Xiaomi was actually first to market with an 8 Gen 3-powered phone, with the Xiaomi 14 series first debuting in China back in October 2023. As of February 2024, the company confirmed that both the Xiaomi 14 and Xiaomi 14 Ultra would be going global (the Xiaomi 14 Pro isn't getting an international release, but that's not as much of a loss as you might think), with the phones touching down in late February and mid-March, respectively.

There's more than a passing resemblance between this phone and the Xiaomi 13 – both phones have a prominent square main camera bump, and they have near-identical dimensions, with the new phone's fractional weight increase a result of the larger rear camera system and bigger battery. Xiaomi's fit and finish is up there, but the mirror-polish straight-sided design is decidedly more iPhone 14, than iPhone 15, which won't be to everyone's taste.

The 6.36-inch display has received a gamut of nice upgrades – there's a resolution bump between generations, while the move to an LTPO panel facilitates a true 1Hz to 120Hz variable refresh rate for greater power efficiency. It's a significantly brighter panel too, also trumping the figures promised by Apple and Samsung's latest.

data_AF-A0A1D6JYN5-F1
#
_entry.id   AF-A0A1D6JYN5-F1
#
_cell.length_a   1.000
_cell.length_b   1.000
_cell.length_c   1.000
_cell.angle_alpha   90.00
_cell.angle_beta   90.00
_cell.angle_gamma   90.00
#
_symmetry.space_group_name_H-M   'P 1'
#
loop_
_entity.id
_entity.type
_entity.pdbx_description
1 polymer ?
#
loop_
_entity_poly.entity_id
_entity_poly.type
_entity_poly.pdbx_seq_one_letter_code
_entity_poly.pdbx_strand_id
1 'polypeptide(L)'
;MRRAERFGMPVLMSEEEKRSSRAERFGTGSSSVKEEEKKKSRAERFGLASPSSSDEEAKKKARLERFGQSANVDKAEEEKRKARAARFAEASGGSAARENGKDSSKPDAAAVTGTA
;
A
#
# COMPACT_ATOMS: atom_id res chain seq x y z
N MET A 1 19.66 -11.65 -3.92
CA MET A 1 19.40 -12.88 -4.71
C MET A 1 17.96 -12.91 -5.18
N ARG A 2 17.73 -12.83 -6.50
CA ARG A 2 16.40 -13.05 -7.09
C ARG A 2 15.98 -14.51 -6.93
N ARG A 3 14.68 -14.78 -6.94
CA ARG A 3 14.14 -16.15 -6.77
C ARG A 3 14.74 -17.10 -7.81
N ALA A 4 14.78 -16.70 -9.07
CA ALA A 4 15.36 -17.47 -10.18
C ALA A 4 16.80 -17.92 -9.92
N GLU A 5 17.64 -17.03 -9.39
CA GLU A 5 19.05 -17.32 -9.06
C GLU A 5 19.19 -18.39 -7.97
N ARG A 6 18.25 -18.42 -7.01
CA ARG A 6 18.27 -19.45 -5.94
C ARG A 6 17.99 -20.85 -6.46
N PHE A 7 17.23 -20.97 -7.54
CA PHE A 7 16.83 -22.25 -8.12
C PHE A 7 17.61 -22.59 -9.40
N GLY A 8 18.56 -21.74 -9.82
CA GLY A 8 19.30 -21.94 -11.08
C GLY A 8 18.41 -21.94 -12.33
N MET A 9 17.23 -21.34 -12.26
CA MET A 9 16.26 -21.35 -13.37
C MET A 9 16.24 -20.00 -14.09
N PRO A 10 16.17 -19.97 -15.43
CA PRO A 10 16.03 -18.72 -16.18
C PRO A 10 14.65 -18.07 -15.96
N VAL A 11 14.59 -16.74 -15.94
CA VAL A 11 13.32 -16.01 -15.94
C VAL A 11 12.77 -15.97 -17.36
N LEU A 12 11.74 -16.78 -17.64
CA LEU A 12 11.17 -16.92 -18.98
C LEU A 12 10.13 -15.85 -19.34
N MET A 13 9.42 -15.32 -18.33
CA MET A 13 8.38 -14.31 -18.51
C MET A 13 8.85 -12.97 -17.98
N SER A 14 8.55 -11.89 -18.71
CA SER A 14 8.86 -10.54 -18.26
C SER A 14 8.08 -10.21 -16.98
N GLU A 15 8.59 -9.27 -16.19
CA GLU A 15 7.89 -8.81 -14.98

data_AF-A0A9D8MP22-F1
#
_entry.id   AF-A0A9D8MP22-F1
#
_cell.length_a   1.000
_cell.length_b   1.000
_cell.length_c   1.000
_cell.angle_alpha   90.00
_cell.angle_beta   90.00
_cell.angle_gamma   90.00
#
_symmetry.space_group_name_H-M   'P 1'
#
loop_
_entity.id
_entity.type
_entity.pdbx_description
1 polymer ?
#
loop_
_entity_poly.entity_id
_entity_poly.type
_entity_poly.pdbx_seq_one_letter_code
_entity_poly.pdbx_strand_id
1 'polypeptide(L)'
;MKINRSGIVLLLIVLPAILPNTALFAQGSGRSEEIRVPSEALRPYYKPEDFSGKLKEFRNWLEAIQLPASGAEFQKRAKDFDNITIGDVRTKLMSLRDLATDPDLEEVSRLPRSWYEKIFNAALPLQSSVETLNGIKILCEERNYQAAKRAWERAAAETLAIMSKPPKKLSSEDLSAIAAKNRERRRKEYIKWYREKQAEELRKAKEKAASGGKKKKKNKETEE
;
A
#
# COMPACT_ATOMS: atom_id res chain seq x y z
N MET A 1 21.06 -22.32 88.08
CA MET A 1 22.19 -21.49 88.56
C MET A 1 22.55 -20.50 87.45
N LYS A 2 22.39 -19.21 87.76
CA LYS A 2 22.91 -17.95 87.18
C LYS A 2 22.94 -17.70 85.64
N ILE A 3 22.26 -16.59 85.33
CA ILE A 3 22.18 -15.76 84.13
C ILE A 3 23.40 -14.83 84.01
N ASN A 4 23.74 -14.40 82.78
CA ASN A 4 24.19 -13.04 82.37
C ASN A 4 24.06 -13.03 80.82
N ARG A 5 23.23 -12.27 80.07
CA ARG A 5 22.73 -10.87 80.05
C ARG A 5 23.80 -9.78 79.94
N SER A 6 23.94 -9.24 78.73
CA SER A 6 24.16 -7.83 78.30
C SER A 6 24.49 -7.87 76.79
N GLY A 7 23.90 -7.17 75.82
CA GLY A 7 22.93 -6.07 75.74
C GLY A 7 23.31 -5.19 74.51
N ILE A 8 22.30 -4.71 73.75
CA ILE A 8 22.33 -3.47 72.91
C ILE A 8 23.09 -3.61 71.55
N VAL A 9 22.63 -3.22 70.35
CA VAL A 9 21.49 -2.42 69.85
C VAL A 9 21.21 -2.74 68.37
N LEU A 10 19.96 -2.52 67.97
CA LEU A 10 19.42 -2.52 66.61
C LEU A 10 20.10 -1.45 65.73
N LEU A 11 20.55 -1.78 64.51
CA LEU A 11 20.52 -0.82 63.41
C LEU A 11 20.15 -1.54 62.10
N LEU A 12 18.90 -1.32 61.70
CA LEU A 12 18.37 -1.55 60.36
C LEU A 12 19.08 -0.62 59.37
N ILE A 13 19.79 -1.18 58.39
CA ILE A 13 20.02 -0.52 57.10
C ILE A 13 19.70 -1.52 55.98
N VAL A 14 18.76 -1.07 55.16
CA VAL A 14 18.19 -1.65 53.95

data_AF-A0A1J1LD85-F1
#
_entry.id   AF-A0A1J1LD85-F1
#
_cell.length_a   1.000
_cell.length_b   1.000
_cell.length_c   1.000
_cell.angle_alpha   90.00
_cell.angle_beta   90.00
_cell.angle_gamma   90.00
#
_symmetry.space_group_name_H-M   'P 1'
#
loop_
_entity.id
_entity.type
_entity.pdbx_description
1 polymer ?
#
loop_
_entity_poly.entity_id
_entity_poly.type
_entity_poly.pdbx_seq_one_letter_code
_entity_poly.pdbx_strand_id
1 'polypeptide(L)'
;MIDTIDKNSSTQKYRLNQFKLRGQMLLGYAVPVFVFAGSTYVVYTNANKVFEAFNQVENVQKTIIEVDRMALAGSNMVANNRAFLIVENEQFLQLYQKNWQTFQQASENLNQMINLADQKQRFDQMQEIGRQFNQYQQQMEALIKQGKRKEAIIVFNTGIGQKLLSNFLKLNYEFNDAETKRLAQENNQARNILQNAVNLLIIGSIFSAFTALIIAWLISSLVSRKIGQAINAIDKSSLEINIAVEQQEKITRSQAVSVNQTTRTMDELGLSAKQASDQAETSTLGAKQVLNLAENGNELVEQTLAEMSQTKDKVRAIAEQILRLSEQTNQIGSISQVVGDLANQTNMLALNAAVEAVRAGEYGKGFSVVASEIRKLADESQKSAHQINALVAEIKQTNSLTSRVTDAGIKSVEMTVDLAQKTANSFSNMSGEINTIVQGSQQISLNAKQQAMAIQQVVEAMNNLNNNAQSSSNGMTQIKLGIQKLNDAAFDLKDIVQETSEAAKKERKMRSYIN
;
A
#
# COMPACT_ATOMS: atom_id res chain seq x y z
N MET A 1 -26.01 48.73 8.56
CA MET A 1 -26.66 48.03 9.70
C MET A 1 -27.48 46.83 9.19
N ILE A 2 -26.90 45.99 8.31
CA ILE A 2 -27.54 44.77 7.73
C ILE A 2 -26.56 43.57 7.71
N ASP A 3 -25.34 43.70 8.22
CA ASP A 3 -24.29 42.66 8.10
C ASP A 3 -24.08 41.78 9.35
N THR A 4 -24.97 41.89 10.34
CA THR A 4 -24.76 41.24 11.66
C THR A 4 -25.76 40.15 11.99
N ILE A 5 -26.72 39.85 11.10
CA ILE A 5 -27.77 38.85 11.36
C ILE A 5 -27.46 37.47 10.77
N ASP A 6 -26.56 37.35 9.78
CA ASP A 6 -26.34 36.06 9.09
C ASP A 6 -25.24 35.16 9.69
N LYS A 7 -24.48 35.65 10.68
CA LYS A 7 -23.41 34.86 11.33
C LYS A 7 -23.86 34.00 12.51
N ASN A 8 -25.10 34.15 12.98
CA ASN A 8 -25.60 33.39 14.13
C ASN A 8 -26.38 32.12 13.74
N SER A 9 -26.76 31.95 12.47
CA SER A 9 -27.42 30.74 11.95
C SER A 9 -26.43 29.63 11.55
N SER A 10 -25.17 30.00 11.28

This marks the fifth generation of flagship phones (if you include the company's mid-year 'S' refreshes) on which Xiaomi has collaborated with optical specialists Leica. For the most part, the user experience offered up by the camera remains much the same as last year's – including the ability to shoot in Leica Vivid or Classic color profiles, but the underlying hardware has been upgraded significantly, with a larger 50MP main sensor sporting a wider aperture, and backed up by two additional 50MP sensors (an ultra-wide and a 3.2x telephoto), which collectively deliver better light, detail, dynamic range, and color reproduction than previously.

Xiaomi 14 review back angled upside down

(Image credit: Future | Alex Walker-Todd)

Even without flicking the 'high performance mode' toggle on, the Xiaomi 14 benchmarks among the top tier of the current Android pile, which translates to excellent real-world performance, whether multi-tasking or gaming. For all the raw grunt and software optimization the 14 clearly serves up though, the refreshed HyperOS user experience still falls foul of the same convolutions found in the previous MIUI; quirks that newcomers to the brand, and even some veteran Xiaomi users, would likely scratch their heads at when trying to perform certain actions or find particular features.

With this being 2024, there are also a raft of AI features that debut on the Xiaomi 14 series – from AI-generated portraits to semantic search in the gallery app – however, at the time of writing these features remain in beta, with access to them requiring approval from the Xiaomi Community admins, meaning most users won't be able to enjoy these new features and enhancements out of the box until later in the year.